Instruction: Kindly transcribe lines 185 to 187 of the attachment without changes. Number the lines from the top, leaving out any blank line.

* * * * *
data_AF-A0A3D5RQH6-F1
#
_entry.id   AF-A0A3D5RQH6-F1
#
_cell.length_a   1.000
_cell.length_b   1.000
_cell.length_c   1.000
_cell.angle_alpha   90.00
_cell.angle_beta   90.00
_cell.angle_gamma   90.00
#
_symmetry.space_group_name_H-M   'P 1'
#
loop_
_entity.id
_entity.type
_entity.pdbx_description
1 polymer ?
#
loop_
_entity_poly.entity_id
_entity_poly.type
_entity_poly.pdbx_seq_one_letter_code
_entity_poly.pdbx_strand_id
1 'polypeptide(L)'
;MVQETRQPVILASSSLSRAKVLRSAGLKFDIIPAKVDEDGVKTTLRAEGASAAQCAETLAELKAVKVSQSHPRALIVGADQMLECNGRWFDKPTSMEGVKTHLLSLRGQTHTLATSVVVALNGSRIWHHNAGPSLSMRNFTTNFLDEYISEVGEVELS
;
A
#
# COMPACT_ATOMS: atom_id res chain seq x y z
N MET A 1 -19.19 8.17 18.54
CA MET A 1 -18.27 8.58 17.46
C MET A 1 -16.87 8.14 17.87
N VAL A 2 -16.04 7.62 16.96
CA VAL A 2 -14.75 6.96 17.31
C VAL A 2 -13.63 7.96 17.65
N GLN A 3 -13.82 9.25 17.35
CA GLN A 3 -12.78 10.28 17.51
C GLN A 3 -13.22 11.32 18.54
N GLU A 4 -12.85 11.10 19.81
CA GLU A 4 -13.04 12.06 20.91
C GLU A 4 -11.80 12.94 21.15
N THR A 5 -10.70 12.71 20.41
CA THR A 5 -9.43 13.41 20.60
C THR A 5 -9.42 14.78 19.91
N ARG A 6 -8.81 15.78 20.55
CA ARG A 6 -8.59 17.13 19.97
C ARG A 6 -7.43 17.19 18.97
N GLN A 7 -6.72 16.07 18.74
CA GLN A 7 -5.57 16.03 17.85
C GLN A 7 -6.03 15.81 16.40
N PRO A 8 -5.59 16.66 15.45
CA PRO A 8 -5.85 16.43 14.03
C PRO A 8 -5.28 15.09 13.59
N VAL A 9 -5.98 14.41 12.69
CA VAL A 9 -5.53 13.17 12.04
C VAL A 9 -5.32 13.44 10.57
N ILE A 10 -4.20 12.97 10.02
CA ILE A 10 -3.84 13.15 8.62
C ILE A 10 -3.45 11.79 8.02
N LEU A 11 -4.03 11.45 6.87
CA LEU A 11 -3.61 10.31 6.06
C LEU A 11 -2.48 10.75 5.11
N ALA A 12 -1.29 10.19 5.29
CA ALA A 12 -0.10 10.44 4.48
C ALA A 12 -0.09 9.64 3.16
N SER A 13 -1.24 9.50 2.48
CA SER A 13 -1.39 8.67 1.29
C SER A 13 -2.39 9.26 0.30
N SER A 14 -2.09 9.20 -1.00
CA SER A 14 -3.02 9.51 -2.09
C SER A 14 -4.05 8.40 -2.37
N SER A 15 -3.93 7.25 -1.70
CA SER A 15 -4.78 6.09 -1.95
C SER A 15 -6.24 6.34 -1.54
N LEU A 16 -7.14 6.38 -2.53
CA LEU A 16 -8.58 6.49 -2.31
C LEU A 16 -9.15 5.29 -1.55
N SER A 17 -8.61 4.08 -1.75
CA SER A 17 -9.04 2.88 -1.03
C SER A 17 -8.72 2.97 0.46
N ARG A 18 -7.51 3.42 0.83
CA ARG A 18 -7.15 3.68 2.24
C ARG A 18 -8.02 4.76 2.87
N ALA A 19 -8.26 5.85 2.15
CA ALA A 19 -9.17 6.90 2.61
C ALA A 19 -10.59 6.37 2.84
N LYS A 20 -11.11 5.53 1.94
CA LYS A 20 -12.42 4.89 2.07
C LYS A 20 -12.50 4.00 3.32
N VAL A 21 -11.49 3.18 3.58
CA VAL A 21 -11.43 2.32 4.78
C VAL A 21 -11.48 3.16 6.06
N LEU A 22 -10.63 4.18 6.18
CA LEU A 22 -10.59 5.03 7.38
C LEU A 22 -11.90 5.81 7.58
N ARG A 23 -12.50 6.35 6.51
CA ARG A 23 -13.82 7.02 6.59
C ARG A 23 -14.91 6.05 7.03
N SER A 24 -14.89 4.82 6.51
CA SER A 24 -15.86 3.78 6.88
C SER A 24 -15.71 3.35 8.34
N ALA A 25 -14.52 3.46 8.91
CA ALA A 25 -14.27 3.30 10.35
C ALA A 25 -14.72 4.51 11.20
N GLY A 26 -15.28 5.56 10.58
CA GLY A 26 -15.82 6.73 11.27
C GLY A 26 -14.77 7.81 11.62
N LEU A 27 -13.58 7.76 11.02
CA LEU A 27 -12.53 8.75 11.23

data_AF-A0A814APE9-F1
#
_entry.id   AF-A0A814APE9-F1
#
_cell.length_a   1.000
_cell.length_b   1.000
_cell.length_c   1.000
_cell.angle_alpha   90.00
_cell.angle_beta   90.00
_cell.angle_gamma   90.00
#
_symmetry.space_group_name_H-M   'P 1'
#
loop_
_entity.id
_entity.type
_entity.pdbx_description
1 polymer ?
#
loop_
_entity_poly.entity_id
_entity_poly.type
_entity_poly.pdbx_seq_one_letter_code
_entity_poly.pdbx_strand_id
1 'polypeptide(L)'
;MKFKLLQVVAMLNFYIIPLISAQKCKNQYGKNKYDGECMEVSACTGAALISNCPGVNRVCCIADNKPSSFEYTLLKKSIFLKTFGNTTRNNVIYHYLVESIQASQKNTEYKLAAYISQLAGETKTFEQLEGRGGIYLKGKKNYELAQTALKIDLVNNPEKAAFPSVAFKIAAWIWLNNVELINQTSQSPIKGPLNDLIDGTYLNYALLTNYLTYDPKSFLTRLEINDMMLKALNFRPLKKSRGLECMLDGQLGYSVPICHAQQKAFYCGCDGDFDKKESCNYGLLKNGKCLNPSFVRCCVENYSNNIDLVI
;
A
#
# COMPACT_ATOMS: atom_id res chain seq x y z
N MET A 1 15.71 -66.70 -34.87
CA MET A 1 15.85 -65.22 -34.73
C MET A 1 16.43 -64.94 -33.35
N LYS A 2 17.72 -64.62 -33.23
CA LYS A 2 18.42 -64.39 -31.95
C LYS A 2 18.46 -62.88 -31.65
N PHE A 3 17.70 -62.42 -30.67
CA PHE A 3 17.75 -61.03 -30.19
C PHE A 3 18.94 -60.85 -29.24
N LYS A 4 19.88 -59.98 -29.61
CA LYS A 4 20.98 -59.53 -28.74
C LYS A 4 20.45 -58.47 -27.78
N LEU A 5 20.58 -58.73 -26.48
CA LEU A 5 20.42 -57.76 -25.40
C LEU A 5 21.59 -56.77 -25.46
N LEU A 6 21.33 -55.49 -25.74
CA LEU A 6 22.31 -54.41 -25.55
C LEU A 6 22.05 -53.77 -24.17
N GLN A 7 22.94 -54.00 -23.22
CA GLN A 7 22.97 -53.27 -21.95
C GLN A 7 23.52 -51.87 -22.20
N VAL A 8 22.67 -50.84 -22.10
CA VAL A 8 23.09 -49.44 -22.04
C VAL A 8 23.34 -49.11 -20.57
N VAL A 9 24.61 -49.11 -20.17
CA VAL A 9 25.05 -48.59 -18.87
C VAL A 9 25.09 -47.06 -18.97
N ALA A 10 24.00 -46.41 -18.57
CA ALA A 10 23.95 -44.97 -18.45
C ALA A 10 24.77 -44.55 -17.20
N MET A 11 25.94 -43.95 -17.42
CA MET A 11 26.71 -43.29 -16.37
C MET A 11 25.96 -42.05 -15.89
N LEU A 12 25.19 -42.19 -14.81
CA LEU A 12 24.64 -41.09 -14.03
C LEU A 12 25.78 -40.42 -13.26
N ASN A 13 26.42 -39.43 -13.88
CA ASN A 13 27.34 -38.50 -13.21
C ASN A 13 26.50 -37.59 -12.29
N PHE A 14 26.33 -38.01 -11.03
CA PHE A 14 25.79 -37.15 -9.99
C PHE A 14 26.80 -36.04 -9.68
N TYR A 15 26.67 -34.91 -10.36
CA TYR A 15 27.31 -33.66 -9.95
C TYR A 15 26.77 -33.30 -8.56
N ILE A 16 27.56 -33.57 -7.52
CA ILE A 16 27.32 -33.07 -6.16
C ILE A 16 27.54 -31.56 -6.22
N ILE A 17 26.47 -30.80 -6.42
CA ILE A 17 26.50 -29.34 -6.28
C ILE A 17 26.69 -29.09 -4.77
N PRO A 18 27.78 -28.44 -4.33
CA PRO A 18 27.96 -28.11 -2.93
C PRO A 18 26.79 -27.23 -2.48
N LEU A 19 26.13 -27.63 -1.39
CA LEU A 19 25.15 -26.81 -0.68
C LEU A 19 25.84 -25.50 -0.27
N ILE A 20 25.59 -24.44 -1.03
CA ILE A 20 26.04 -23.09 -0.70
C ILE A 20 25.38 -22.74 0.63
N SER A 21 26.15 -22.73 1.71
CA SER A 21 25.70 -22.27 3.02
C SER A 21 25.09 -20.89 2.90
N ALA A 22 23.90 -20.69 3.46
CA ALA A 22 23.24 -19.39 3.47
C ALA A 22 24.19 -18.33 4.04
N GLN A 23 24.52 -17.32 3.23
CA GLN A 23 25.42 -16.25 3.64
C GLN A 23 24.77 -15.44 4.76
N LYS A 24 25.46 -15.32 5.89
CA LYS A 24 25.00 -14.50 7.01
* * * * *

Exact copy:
C TYR A 15 26.77 -33.30 -8.56
N ILE A 16 27.56 -33.57 -7.52
CA ILE A 16 27.32 -33.07 -6.16